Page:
Creating advocates for history through the stories of greater Los Angeles.
by Paul R. Spitzzeri
For years, the Bassett, Rowland, and Hacienda-La Puente school district, along with the La Puente Valley Regional Occupational Program and the San Gabriel Valley Regional Chamber of Commerce have sponsored “Principal for a Day,” in which local business people and other community members are given the opportunity to go to a school, tour classrooms, meet students and teachers, and learn about the great things these institutions do.
I’ve had the good fortune to be involved in this program before and did so again today at Los Altos Elementary School in Hacienda Heights, which I drive by frequently to and from the Homestead and which has been sending students to our “A Journey Through Time” program for thirty-five years. I didn’t expect, however, to get a labeled preferred parking spot, a personal greeting from two students, and a banner welcoming me! What a welcome!
Mrs. Sinapi gave me an introduction to the school first, explaining that, for the last several years, Los Altos has been a dual immersion campus in Spanish and English. What was particularly interesting to hear was that, because the service area around the school was not generating enough school-age children, there was talk of closing the campus. Instead, the district implemented the dual immersion concept, which meant that most of the student body, which is about three-quarters Latino, comes from other areas within the Hacienda-La Puente district or from out-of-district transfers. Mrs. Sinapi explained that the community benefited because there is a vibrant school in their neighborhood, rather than a shuttered campus.
We then walked through the classrooms, from kindergarten through fifth grade, and I met with teachers and students who work with varying levels of immersion in Spanish and English. Mrs. Sinapi expressed surprise that her normally expressive and verbal students were largely subdued and shy, but what else could be expected when a new person walks in during instruction?! It was nice, though, to hear some cheers when a fourth-grade class was introduced to me, because they’d just been on a “A Journey Through Time” program visit a couple of weeks ago.
It was also fascinating to see how dedicated teachers interacted with engaged students in their classwork, especially in Spanish for verbal instruction as well as with printed classroom materials. It was also highly interesting to hear about the emphasis Los Altos places on native aboriginal cultural traditions, including local Indians and native Indians of Mexico, and about how local history is tied into the program-this is a natural and obvious point of interest for us at the Homestead! It was obvious this was a campus staff that was dedicated to enriching the 450 or so children who attend Los Altos and that was really great to see.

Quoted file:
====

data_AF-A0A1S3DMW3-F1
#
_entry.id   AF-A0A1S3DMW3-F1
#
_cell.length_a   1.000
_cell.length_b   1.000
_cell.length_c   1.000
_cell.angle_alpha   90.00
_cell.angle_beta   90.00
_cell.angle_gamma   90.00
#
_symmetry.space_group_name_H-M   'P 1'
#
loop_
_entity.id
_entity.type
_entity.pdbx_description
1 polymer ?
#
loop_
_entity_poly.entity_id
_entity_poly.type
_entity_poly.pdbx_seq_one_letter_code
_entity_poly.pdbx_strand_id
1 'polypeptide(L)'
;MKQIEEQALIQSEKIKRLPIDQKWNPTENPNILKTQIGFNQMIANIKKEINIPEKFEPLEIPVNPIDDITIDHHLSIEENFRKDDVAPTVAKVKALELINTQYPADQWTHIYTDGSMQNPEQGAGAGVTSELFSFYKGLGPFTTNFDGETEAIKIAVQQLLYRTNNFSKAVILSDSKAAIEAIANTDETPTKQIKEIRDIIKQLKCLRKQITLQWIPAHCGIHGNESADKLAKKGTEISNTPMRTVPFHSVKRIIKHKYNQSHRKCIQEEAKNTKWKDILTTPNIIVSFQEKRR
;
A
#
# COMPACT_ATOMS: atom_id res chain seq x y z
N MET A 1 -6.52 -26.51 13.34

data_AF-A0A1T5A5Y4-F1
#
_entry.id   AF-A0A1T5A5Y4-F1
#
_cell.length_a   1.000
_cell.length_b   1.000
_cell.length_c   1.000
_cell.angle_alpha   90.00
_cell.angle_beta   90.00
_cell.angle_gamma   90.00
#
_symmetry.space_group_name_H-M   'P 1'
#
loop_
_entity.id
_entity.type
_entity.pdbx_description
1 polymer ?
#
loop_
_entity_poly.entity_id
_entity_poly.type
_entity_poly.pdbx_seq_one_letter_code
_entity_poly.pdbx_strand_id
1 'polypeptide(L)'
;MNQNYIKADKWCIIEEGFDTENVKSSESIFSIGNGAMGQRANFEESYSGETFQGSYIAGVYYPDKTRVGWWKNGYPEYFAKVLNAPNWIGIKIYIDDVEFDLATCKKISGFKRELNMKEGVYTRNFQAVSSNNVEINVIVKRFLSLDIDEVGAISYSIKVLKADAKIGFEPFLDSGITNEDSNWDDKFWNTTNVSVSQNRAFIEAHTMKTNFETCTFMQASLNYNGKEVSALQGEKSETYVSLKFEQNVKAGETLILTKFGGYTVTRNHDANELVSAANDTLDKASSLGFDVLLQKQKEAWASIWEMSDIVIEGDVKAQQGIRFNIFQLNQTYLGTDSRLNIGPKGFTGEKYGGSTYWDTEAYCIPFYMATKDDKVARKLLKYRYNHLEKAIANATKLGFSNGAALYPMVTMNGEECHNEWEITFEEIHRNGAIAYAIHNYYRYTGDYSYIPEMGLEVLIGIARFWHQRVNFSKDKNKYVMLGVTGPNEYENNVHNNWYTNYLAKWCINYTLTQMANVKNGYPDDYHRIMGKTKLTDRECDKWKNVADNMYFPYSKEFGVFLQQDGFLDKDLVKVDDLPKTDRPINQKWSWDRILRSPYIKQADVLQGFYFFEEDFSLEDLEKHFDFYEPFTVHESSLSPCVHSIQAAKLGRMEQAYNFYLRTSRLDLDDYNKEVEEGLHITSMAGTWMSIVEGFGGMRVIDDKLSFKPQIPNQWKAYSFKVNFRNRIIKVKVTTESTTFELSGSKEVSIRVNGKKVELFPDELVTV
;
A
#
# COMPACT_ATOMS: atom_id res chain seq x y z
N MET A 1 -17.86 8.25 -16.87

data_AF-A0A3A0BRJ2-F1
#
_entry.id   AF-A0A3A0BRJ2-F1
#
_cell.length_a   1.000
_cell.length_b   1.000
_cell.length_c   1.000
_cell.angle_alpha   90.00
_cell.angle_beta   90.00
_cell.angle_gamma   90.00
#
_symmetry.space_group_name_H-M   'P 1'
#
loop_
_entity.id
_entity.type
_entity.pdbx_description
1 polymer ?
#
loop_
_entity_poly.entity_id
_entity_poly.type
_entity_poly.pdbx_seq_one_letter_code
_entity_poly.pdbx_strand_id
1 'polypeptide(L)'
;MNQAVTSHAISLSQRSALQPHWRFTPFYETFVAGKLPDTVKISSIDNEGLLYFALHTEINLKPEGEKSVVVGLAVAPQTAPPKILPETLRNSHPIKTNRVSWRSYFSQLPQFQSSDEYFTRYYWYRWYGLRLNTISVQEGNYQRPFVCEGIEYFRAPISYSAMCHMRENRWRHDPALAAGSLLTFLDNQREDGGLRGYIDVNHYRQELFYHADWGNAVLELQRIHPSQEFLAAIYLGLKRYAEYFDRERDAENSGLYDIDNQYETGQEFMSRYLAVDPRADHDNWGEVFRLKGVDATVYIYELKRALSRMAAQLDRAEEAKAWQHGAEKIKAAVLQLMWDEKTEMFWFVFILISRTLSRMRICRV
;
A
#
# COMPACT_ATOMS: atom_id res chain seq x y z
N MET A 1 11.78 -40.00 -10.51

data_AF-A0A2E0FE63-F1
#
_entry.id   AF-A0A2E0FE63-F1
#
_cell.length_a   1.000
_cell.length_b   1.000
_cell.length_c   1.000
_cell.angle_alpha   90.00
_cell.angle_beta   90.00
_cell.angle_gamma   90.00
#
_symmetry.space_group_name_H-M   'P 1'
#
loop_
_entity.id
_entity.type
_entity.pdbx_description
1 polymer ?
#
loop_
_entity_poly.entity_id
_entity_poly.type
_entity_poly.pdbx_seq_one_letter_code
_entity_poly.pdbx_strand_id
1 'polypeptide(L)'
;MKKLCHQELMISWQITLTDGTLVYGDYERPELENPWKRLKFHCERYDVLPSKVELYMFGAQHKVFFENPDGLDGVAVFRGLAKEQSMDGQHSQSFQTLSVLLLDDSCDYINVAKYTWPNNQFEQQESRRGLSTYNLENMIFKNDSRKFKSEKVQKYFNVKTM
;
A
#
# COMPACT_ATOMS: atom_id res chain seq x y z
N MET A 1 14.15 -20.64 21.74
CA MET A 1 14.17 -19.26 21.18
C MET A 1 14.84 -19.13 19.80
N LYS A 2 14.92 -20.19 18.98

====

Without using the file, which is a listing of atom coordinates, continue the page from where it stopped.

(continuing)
The tour also included a visit to the school garden, which is part of a program sponsored by Kaiser Permanente on healthy eating and living. Students were out in the garden getting instruction as we dropped by and it was great to see the vegetables, fruits and other items being grown there.
The two-and-a-half hours flew by and then it was time to head back to the office to wrap up. A teacher approached Mrs. Sinapi with an issue and, while were in the office, the teacher turned to me and asked if I remembered her. It turned out that Debbie Marko was a volunteer way back in 1989 or so, not long after I started working at the Homestead. She and our Director of Public Programs, Alexandra Rasic, were students at Wilson High School when they joined our volunteer program together. While Alexandra stayed on to join our staff in the mid-90s, Debbie went into teaching in the district she attended. It was certainly a surprise to see her after so long!
Then, it was off to the Industry Hills Expo Center for an event that included lunch; musical entertainment by the excellent Nogales High School Choir; the awarding of scholarships to fourteen students from local high schools, adult schools, and the ROP program; and a featured speaker, Emily Williams, who used history to discuss dynamic future change, noting that the revolutions that will transform the 21st century have not been experienced yet despite all of the dramatic change underway now.
The “Principal for a Day” program is a great one and I was honored to be part of it again. The program committee, sponsors, schools, principals, administrative and teaching staff, and students are to be congratulated for showing those of us who visited just how dynamic and vibrant our local schools out.
As a museum that places a premium on reaching out to schools, teachers, and students and their families, the Homestead continues to work at improving and enhancing our engagement with educational institutions. I look forward to future involvement in the “Principal for a Day” program as a natural fit for the museum in collaborating with our local schools.